The Factcheck article provided, for September 2010, the Forbes 400 Net Worth of $1.37 trillion and the total US Net worth of $54.9 trillion, which makes the Forbes 400's share 2.5%. If we apply that 2010 percentage to the 2007 SCF data, we get this:
Top 1% (33.8 + 2.5) / 102.5 = 35.4%
Next 4% 26.6 / 102.5 = 26.0% [Cumulative: 61.4%]
Next 5% 11.1 /102.5 = 10.8% [Cume: 72.2%]
Next 40% 26.0 / 102.5 = 25.4% [Cume: 97.6%]
Bottom 50% 2.5 / 102.5 = 2.4%
Or, viewed another way:
- Top 1% 35.4%
- Next 9% 36.8%
- Bottom 90% 27.8%
It appears to me that 50% of the net worth is held by about 3.5% to 4% of us.
Henry George wrote of a wedge being driven through society, driving a relative few upwards, and the rest downwards.
Thomas Shearman wrote, in 1889, as follows:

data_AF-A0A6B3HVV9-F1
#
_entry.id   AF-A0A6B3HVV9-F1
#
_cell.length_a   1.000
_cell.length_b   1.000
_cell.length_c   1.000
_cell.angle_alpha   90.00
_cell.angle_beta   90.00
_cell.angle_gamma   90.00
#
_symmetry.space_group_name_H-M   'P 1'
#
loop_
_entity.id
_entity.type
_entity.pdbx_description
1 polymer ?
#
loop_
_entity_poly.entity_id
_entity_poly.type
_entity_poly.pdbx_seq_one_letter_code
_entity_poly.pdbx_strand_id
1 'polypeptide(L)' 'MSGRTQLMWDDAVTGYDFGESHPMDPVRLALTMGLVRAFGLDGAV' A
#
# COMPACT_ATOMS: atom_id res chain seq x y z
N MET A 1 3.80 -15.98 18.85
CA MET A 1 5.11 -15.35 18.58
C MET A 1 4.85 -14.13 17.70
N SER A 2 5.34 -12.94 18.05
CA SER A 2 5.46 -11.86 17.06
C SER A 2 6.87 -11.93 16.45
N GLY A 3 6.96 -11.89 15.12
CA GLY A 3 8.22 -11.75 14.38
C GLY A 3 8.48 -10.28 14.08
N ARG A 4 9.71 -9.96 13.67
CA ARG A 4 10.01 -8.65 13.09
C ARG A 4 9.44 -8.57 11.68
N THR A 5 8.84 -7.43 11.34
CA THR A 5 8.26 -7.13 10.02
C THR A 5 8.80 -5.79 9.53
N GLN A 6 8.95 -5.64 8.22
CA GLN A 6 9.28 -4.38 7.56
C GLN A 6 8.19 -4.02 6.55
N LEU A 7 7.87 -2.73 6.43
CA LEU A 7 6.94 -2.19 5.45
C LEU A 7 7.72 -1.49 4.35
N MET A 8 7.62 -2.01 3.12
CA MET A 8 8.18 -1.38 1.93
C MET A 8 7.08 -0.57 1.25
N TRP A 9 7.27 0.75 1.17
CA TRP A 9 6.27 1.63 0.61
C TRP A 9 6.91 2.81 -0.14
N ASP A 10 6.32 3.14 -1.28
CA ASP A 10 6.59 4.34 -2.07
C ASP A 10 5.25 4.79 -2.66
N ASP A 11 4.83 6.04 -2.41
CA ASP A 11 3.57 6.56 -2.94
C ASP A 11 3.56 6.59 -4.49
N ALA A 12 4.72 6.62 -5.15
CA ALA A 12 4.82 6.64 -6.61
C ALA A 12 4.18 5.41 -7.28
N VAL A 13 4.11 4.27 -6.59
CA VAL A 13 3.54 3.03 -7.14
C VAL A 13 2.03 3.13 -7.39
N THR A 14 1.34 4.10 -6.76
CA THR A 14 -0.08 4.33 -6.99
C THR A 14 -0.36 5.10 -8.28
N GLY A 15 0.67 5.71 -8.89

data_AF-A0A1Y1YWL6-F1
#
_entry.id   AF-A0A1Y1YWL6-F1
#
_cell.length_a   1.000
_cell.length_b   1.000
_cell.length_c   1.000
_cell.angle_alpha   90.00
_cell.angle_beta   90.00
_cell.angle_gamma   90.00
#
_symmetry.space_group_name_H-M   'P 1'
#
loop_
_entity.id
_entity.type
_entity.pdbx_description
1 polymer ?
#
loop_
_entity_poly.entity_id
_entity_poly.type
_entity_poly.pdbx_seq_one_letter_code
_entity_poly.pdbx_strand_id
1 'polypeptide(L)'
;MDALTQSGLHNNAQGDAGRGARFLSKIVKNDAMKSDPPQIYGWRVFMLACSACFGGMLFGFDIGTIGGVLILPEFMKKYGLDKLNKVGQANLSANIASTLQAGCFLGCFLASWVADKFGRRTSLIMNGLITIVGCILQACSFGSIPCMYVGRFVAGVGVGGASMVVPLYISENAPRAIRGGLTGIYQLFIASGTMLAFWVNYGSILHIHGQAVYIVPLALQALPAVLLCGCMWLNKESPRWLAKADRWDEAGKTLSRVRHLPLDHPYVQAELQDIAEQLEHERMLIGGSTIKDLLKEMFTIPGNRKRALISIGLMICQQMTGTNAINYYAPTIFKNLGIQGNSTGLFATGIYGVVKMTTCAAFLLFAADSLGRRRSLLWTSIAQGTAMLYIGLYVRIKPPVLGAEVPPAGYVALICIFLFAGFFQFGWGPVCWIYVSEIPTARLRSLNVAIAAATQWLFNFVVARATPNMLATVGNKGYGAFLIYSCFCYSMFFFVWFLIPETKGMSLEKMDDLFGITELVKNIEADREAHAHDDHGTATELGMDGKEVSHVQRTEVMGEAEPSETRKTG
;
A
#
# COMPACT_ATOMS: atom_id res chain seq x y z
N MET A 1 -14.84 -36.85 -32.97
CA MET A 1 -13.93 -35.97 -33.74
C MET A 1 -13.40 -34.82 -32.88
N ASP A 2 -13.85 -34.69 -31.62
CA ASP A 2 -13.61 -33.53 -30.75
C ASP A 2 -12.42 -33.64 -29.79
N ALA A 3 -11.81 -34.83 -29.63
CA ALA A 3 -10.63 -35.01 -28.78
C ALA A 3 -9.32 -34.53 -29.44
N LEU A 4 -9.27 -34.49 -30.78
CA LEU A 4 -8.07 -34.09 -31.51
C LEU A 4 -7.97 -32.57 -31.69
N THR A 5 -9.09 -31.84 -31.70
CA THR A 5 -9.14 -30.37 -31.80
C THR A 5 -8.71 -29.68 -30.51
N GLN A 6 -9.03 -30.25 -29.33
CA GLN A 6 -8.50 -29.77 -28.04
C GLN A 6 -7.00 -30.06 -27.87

Federal taxation has increased 6-fold since 1860, and the whole of this increase has been taken out of the relatively poorer classes. At the same time, the profit which is secured to the wealthier classes by the adjustment of indirect taxation in their interest has been increased not less than 10-fold. The wealthy classes, collectively, have made a clear profit out of the indirect effects of taxation to an amount far exceeding all that they have paid in taxes, although this profit has been absorbed by a minority of even the rich. But, apart from this, the whole system of taxation is and has been such as to take from the rich only from 3% to 10% of their annual savings, while taking from the poor 75 to 90%. It is true that the same system existed, in form, before the war; but, taxation being light, the amount taken from each individual was far less, and the disproportion between the rich and the poor not so great, while the profit levied from the poor by the rich was much smaller. The amount of the burden has increased, and it has been more and more shifted over upon the poor.